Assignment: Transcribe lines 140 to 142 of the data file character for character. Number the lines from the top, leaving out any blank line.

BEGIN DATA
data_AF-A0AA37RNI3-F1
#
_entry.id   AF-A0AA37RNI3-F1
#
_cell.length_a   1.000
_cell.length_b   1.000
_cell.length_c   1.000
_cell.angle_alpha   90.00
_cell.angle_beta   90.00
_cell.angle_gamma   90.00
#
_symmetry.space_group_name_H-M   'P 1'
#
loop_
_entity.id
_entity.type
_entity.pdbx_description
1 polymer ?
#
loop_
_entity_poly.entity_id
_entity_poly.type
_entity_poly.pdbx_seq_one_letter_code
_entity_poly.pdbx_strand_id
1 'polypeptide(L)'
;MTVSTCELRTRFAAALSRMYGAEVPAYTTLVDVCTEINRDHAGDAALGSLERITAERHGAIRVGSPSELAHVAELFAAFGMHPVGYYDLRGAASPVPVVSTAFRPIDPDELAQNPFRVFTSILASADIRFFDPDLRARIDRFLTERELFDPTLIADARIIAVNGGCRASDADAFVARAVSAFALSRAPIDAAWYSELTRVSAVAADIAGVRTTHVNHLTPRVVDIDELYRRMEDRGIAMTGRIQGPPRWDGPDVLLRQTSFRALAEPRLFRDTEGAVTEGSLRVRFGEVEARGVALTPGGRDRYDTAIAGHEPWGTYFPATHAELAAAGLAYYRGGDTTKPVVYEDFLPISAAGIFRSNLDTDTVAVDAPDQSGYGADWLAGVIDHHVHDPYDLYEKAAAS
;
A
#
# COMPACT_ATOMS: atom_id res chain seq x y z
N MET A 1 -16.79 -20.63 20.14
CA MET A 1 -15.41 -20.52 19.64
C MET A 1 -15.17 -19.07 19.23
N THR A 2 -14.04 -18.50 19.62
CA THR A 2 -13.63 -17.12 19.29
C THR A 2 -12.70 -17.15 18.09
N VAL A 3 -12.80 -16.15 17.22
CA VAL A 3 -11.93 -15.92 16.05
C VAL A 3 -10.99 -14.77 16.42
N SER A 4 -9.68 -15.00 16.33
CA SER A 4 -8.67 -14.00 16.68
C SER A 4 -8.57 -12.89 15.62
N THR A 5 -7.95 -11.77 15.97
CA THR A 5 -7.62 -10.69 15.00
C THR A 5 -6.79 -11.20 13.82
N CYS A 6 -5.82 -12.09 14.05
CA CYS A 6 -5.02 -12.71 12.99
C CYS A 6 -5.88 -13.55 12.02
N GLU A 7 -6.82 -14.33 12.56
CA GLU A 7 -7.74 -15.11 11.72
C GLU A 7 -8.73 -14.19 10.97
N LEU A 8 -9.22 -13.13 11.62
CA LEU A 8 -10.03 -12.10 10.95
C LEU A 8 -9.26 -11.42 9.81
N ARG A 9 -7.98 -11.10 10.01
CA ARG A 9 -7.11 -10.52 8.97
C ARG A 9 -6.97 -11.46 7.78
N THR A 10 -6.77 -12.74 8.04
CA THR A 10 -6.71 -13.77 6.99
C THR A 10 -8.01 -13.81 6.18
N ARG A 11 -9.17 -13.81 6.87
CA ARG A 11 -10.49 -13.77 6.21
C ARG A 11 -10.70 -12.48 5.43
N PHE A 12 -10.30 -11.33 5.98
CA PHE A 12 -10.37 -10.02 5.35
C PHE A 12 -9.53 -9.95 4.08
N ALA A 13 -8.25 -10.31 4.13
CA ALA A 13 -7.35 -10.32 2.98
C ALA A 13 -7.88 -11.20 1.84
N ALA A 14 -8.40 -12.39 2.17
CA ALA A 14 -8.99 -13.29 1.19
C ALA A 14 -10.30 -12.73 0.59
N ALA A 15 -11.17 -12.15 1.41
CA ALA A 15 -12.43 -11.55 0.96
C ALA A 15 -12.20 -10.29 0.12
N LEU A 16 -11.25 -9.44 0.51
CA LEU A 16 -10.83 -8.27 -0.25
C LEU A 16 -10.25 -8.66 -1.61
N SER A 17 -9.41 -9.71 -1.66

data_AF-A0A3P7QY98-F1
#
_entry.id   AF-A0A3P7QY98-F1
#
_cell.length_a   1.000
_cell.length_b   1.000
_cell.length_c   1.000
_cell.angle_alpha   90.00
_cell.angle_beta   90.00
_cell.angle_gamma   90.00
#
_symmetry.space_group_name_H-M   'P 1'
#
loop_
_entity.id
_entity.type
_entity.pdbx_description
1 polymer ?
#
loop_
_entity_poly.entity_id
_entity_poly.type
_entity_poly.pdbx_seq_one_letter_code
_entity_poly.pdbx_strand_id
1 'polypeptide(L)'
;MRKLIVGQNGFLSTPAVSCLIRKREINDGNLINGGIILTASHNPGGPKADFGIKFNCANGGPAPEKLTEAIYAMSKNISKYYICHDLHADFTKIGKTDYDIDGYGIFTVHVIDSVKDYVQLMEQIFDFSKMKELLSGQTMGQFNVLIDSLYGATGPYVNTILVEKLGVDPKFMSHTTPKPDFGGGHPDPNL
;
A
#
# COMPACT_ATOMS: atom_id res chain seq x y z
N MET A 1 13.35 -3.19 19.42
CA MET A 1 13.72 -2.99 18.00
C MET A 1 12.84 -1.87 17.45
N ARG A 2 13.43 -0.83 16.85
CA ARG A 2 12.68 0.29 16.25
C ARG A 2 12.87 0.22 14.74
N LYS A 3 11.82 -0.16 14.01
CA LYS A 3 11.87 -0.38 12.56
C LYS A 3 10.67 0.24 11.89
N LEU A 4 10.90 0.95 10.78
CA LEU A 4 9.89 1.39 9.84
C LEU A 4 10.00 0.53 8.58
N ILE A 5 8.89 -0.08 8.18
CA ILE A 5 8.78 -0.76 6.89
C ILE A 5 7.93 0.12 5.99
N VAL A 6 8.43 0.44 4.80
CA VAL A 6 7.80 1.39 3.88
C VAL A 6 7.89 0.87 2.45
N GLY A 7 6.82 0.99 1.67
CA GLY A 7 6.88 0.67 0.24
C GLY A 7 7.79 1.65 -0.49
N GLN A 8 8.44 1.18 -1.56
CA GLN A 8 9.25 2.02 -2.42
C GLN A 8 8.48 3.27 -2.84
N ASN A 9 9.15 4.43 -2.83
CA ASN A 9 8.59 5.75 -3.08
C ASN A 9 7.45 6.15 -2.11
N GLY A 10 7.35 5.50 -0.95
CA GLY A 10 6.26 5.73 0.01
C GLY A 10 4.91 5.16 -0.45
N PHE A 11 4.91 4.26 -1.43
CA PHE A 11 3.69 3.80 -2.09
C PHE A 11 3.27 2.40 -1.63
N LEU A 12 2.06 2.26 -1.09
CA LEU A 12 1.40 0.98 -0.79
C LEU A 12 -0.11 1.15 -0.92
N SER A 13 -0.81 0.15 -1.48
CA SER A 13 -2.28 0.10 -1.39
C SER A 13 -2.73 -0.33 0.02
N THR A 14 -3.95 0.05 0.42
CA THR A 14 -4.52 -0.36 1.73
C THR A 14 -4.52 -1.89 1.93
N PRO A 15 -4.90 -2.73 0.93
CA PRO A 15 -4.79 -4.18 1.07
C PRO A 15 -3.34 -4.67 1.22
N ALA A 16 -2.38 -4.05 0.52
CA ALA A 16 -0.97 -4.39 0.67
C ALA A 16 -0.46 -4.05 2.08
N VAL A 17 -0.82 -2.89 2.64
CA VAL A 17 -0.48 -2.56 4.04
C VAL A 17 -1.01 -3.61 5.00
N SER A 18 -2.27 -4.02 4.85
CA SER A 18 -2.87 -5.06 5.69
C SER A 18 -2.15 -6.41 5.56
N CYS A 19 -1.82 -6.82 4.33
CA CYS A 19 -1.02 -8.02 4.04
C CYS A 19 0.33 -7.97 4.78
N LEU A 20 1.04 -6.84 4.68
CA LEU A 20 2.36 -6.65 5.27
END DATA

N PHE A 11 4.91 4.26 -1.43
CA PHE A 11 3.69 3.80 -2.09
C PHE A 11 3.27 2.40 -1.63